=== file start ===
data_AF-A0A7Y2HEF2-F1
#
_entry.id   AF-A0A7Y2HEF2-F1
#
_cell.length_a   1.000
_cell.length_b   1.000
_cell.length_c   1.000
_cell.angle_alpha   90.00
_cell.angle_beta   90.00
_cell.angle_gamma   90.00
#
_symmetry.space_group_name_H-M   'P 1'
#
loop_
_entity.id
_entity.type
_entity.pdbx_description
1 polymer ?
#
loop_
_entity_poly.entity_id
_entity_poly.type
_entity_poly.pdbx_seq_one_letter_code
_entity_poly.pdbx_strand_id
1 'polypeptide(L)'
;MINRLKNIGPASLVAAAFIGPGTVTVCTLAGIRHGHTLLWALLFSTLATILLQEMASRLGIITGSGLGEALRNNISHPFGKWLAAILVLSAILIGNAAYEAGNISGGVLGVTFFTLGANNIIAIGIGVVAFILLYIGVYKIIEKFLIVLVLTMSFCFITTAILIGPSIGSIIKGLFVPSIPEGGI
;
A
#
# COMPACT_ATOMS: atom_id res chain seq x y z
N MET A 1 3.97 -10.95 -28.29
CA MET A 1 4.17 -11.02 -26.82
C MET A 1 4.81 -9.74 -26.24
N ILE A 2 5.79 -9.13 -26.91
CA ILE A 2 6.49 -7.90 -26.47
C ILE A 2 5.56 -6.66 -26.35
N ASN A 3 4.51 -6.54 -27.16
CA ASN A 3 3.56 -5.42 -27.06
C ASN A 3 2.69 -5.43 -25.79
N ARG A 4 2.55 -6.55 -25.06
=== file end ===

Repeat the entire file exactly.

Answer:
data_AF-A0A7Y2HEF2-F1
#
_entry.id   AF-A0A7Y2HEF2-F1
#
_cell.length_a   1.000
_cell.length_b   1.000
_cell.length_c   1.000
_cell.angle_alpha   90.00
_cell.angle_beta   90.00
_cell.angle_gamma   90.00
#
_symmetry.space_group_name_H-M   'P 1'
#
loop_
_entity.id
_entity.type
_entity.pdbx_description
1 polymer ?
#
loop_
_entity_poly.entity_id
_entity_poly.type
_entity_poly.pdbx_seq_one_letter_code
_entity_poly.pdbx_strand_id
1 'polypeptide(L)'
;MINRLKNIGPASLVAAAFIGPGTVTVCTLAGIRHGHTLLWALLFSTLATILLQEMASRLGIITGSGLGEALRNNISHPFGKWLAAILVLSAILIGNAAYEAGNISGGVLGVTFFTLGANNIIAIGIGVVAFILLYIGVYKIIEKFLIVLVLTMSFCFITTAILIGPSIGSIIKGLFVPSIPEGGI
;
A
#
# COMPACT_ATOMS: atom_id res chain seq x y z
N MET A 1 3.97 -10.95 -28.29
CA MET A 1 4.17 -11.02 -26.82
C MET A 1 4.81 -9.74 -26.24
N ILE A 2 5.79 -9.13 -26.91
CA ILE A 2 6.49 -7.90 -26.47
C ILE A 2 5.56 -6.66 -26.35
N ASN A 3 4.51 -6.54 -27.16
CA ASN A 3 3.56 -5.42 -27.06
C ASN A 3 2.69 -5.43 -25.79
N ARG A 4 2.55 -6.55 -25.06